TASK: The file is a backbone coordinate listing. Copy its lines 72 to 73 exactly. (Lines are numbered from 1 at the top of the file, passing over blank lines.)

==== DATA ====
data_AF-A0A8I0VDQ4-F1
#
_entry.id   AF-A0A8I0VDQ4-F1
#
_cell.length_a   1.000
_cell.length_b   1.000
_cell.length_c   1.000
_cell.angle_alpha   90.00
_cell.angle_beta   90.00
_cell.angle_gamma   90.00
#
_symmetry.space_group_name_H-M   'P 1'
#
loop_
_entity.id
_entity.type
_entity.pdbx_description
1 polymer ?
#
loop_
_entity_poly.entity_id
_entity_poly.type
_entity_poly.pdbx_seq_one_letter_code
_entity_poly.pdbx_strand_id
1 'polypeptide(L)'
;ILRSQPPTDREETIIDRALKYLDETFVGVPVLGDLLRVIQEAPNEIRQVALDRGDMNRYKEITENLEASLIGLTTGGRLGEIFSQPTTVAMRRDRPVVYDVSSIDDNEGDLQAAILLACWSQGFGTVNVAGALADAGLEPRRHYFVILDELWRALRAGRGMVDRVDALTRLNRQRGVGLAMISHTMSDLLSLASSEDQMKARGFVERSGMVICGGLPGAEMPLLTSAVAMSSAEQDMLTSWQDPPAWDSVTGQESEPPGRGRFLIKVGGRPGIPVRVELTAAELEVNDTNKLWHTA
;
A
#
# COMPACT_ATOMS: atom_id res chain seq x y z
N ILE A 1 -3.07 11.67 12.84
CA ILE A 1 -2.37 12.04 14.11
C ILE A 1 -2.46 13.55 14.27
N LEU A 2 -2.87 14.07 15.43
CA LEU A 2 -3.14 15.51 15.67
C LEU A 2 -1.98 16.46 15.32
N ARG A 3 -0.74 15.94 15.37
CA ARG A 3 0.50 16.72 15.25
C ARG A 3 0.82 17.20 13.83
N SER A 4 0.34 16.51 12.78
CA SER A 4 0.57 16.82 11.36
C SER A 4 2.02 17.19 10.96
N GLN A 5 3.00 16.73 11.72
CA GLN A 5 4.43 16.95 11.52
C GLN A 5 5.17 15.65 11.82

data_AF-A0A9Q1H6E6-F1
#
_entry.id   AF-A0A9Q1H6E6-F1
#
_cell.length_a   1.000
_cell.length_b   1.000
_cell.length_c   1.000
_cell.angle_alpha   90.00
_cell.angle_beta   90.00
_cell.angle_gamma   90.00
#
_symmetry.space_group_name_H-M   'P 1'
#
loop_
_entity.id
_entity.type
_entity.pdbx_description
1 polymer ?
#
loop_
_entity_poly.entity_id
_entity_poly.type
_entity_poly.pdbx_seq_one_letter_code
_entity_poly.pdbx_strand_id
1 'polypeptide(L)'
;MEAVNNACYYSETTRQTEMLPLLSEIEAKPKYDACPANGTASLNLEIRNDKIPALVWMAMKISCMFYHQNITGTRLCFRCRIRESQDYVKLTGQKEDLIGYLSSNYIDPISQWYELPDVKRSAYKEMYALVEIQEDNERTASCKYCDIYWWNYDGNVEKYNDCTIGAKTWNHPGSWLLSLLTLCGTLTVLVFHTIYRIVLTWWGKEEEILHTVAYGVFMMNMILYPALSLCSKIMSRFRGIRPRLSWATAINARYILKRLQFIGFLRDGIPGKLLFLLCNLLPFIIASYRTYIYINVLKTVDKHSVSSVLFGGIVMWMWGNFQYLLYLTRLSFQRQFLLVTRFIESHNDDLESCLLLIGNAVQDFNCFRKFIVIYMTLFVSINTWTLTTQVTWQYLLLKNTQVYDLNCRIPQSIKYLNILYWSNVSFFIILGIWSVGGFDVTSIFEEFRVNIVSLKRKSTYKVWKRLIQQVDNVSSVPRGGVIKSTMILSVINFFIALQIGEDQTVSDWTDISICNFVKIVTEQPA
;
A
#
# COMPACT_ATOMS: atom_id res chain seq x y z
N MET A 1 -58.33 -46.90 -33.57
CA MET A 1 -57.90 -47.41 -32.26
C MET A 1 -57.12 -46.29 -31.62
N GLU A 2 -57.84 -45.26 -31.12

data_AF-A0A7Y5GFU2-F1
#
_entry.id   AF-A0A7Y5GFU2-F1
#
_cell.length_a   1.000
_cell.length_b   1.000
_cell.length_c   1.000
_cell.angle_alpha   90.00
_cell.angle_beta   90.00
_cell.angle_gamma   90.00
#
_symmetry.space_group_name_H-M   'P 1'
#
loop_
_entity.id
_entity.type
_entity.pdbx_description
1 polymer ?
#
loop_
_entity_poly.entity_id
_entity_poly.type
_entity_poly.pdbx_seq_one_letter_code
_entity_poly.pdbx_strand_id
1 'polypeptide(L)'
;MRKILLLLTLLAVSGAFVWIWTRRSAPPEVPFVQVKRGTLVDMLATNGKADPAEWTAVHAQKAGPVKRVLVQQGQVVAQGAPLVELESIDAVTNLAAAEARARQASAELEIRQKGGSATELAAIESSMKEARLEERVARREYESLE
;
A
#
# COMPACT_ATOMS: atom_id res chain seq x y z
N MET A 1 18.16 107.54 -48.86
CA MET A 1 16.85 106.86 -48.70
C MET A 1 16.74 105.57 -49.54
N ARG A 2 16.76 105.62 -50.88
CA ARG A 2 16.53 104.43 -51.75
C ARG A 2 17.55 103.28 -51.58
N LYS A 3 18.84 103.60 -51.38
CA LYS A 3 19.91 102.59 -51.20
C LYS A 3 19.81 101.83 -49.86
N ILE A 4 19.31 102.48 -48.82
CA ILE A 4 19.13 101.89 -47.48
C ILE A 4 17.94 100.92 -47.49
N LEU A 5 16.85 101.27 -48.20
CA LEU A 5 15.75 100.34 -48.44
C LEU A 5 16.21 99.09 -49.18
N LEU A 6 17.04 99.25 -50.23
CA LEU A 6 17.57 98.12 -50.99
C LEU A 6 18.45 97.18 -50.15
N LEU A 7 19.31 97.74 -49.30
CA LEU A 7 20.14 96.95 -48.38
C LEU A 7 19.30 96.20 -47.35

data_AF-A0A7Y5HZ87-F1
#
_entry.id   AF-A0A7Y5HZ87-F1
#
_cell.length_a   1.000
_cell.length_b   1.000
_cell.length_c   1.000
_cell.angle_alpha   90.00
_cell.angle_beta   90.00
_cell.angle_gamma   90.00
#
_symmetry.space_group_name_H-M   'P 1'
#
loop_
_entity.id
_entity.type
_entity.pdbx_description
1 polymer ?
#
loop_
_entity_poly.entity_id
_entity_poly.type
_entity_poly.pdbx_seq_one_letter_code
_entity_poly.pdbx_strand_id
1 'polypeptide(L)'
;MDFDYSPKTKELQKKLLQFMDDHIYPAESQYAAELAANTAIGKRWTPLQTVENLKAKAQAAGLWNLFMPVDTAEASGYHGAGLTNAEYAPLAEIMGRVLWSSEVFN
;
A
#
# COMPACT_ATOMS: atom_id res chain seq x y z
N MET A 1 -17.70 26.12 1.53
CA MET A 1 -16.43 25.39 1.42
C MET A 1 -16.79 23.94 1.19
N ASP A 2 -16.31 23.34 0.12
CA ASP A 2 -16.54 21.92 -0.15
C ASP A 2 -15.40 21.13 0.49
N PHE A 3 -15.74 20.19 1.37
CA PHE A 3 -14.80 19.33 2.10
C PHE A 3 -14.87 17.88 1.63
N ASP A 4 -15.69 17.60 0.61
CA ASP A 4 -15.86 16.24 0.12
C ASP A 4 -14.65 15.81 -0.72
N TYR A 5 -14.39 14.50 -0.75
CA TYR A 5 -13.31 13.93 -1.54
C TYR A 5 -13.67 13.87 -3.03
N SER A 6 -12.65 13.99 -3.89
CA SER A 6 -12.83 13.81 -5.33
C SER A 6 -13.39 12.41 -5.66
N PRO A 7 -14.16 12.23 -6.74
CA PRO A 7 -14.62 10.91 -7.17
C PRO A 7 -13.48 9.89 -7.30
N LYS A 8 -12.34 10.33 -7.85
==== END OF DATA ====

;
A